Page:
Fantasy, Fascism, & the Catholic Church

I have a Facebook friend whose posts are absolutely fascinating: vilification of Monsanto (down with big business!), vilification of Planned Parenthood (“Planned Murderhood”), vilification of not just Democrats and Republicans but democracy and republicanism.  It took me some time to make sense of it, but as it happens, this apparently schizophrenic constellation of political philosophy is just… Catholic.


I was raised Catholic and spent fifteen years of my education at Catholic institutions, but the latter element of my friend’s beliefs was still a surprise.  What I’ve learned in recent weeks of research and discovery was never taught in the (admittedly fairly politically progressive, at least by Church standards) Catholic schools I knew: that democracy and representative governance was not accepted as valid by the Vatican until after World War II, and that even today there are conservative factions who find the notion of government of the people, by the people, and for the people to be noxious and sinful, opposed to the very will of God.  The thread of anti-Catholic sentiment throughout American history, often taught as a matter of ethnic prejudice, in fact ran deeper – the fear that American Catholics would follow orders from the Vatican above their own elected government was stoked by the Vatican’s insistence that the United States government was illegitimate, and that any true Catholic should follow the orders of the Vatican above it.  Even into the twentieth century, the Catholic Church held firm belief in the divine right of kings and emperors, reflecting back its own ordained autocracy in the hierarchy of the secular world – hence they leant support to Franco and Mussolini in Spain and Italy; hence Rome supported and upheld the feudalism of pre-WWII Bavaria in which National Socialism (aka “Nazism”) flourished.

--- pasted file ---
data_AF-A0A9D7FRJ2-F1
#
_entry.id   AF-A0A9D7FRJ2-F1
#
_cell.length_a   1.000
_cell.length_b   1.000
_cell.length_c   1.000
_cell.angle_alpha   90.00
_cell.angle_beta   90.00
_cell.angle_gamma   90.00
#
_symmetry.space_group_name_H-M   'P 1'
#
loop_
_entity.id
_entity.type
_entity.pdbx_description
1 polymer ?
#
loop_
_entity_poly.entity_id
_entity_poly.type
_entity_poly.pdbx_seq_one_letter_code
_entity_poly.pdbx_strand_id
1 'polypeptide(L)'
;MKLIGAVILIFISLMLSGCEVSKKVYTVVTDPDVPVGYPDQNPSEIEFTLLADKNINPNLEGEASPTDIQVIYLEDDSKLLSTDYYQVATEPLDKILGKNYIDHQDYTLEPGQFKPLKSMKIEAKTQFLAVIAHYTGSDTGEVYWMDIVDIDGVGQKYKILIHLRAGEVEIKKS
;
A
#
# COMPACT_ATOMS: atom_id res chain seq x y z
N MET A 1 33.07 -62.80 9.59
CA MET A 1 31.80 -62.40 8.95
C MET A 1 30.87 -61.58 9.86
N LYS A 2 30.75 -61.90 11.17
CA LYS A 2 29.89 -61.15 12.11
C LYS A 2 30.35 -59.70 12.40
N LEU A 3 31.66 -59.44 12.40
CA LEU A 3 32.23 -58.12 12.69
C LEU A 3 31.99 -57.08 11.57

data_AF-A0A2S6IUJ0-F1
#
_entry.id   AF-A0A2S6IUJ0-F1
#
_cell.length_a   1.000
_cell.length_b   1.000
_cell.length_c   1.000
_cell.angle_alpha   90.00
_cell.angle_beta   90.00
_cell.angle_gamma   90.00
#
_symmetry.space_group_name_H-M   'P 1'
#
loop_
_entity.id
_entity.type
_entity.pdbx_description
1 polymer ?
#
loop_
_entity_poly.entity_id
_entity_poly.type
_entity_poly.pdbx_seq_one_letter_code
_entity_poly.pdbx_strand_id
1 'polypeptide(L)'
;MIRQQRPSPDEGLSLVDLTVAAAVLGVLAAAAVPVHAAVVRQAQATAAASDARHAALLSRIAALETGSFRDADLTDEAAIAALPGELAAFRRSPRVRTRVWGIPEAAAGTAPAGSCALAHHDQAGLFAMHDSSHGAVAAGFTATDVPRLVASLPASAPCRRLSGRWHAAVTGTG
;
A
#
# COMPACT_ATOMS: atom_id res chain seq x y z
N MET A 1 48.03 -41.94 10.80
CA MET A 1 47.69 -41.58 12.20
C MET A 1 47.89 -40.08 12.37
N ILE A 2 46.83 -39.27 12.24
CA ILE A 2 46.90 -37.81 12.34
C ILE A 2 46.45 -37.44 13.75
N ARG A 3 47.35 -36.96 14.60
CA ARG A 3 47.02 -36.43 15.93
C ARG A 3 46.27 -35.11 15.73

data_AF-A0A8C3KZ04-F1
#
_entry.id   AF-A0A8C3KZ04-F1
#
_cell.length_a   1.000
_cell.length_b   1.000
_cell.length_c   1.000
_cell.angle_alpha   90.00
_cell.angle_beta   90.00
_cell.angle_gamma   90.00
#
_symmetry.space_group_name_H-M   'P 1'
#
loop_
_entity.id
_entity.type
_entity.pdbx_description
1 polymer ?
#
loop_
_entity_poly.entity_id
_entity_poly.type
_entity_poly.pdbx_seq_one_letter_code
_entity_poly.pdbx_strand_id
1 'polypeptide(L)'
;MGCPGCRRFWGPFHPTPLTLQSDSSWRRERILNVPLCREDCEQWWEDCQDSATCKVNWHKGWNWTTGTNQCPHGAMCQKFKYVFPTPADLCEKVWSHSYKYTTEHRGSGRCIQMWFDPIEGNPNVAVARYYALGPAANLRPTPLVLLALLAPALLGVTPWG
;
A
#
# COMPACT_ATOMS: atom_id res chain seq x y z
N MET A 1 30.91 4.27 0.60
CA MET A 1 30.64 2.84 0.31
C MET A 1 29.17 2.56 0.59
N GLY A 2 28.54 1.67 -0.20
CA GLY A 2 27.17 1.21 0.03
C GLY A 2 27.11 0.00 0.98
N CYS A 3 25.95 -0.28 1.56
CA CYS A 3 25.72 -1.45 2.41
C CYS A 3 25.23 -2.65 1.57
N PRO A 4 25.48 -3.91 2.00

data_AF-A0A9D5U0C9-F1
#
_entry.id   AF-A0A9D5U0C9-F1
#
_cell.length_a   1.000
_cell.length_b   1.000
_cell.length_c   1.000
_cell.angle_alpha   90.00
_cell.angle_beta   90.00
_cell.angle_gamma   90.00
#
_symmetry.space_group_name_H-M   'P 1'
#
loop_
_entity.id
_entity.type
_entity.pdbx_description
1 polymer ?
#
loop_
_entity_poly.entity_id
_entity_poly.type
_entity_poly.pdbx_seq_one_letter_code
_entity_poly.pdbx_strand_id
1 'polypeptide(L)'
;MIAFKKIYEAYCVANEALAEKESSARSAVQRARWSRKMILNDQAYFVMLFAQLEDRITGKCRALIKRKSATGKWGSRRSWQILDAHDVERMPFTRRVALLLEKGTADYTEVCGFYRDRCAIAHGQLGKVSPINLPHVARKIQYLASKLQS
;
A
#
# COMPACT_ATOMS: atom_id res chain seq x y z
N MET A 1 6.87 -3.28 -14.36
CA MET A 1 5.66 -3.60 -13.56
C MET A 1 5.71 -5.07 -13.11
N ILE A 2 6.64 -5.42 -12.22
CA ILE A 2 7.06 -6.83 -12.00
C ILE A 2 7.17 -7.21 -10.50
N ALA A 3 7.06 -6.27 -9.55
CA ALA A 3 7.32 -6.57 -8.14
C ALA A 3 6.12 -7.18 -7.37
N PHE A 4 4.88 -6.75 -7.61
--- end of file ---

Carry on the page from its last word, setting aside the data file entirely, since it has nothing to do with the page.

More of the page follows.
In the midst of my immersion into this particular corner of history, I decided to re-watch “The Lord of the Rings.”  The movies are aesthetically superior to the books, and correct some of the story’s more egregious absences (i.e. having any significant female character, ever), but what stood out for me most starkly in this re-watch was a failing both narrative and political, and drawn directly from the books: that is, Aragorn.


Aragorn is the lost king of Gondor, rightful ruler of the realm of men.  He is long-lived and wise, untempted by the power of the One Ring even as lesser men like Boromir fall under its sway.  He is a great military strategist and a just and merciful lawgiver; he is, essentially, the perfect king, uniting his kingdom in glory and strength.  He is Charlemagne recast in myth, and he is one of the most overt literary manifestations of Tolkien’s devout Catholicism in the entire series.  Gondor’s decline, you see, is largely due to its rule over the ages by the stewards, lesser men who reach their nadir in the venal Denethor – alongside Rohan’s Grima Wormtongue, Denethor is the most villainous of the human characters in the novel, and it is no coincidence that both men’s primary sin is to usurp the role and power of kings from those who rightly hold that power.  Only through the divine right of true kings can the realm of men find its way forward.